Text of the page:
6 Tips for Overcoming the 'January Blues'
It’s mid-January: Christmas and New Year celebrations have been and gone, with nothing new to look forward to. Fairy lights and decorations have been taken down, family and friends have returned back to home and work, the novelty of new gifts has worn off, the pressure to achieve something big and new this year has started to cause unnecessary stress, and everywhere and everything just seems darker and gloomier than it has before. Even if mental illness isn’t present in your family, many of us struggle with what I’ll call the “January Blues.” Whether we’re consciously aware of it or not, people on a whole seem to have a tendency to slump into general dissatisfaction, unhappiness and habitual negativity more so at this time of year than any other. This may manifest itself in different ways, but if you notice yourself becoming more apathetic, short-fused, weary and detached at this time of year – it’s likely you’ve been affected by this reality, too.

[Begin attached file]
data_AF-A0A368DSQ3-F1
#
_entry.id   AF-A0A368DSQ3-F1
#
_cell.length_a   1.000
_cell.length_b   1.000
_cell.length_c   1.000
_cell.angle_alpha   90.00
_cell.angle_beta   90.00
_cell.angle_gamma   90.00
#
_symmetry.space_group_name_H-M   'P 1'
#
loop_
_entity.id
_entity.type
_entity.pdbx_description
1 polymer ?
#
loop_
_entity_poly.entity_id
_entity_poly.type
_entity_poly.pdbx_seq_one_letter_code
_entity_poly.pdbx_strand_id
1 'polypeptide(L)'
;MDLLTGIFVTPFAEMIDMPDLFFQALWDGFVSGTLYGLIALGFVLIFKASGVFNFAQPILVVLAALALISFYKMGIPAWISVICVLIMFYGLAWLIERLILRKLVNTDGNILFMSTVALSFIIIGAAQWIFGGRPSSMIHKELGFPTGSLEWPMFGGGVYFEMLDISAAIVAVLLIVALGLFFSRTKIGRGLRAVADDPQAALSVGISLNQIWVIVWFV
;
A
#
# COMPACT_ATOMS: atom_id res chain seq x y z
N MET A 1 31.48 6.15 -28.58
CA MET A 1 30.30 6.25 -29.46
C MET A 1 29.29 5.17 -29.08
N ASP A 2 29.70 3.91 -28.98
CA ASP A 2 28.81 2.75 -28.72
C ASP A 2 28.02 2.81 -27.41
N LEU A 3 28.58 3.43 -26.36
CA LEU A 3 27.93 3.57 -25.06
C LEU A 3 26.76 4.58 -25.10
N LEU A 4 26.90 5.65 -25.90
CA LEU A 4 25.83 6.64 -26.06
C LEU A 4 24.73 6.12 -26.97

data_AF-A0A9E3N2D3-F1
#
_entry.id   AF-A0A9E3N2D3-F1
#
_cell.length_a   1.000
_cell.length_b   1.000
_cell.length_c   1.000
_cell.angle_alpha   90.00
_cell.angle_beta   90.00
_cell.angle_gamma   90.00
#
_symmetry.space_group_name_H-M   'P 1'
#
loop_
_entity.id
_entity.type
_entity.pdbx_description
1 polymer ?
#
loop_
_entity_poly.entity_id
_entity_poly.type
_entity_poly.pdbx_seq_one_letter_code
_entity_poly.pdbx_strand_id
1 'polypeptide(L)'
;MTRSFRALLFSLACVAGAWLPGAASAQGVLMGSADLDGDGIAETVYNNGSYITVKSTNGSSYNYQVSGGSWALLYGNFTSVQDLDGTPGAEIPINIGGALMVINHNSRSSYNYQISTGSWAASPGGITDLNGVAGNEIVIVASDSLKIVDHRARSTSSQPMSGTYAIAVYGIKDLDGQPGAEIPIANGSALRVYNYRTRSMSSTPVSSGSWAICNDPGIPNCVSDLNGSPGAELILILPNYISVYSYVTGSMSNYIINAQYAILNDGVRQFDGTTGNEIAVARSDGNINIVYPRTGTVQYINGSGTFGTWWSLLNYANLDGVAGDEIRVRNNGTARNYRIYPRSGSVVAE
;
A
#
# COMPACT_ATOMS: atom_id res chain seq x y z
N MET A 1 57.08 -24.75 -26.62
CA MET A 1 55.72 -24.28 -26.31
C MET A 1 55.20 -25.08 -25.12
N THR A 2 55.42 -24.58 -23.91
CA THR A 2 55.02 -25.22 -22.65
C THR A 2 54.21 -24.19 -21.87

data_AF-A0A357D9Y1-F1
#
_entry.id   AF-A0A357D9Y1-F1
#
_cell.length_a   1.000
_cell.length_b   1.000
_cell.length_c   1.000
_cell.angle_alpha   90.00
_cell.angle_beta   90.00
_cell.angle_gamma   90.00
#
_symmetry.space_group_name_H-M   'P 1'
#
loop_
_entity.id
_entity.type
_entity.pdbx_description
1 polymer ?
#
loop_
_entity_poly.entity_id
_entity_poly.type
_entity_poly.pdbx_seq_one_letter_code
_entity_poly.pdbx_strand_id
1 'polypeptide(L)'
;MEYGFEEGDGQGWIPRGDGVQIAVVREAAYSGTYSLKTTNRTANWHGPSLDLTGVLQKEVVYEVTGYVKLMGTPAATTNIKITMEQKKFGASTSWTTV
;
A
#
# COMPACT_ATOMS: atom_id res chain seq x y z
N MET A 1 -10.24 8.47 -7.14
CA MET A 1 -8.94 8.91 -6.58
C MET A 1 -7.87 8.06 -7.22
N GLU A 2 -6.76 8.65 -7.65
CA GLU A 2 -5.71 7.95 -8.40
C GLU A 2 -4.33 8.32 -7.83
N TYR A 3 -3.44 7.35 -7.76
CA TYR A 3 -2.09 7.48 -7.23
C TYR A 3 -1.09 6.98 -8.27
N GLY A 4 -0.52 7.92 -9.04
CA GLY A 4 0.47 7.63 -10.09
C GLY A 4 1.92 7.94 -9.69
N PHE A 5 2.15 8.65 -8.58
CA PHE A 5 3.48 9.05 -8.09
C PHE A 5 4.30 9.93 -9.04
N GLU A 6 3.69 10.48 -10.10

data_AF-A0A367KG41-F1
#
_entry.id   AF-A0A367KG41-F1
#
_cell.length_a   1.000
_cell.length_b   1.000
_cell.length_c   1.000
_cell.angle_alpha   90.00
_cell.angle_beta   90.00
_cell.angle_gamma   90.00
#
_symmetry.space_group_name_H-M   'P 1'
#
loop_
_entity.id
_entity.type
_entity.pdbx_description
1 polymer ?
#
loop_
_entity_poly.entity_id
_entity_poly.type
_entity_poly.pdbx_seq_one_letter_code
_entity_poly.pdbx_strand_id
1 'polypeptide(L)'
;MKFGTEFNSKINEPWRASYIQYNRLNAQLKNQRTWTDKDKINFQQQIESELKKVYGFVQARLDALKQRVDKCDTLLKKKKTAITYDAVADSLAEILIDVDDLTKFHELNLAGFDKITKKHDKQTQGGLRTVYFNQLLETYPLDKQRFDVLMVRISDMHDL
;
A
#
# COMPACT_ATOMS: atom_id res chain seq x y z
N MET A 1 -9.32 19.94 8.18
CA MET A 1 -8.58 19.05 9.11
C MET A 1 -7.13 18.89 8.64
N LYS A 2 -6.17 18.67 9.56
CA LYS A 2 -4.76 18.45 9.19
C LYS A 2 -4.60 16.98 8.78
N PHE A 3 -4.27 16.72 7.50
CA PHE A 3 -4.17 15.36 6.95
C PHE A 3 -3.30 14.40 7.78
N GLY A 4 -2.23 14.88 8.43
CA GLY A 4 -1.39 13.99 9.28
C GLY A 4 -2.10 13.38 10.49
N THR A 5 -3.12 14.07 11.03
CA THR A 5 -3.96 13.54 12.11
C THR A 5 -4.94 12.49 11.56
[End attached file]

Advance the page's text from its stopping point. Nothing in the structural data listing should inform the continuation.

This can be an extremely difficult time for many, and sometimes there is no quick and easy fix, particularly if there are more deep-seated, ongoing mental or emotional concerns taking place. I cannot claim that any of these things will heal or cure anything such as this; however, there are some small positive changes we can all endeavor to make to lift our mood just a fraction as we push on into this new season.
Here are my top six tips for overcoming the January Blues:
1. Make your new year goals realistic, measurable and accountable so that you’re not discouraged.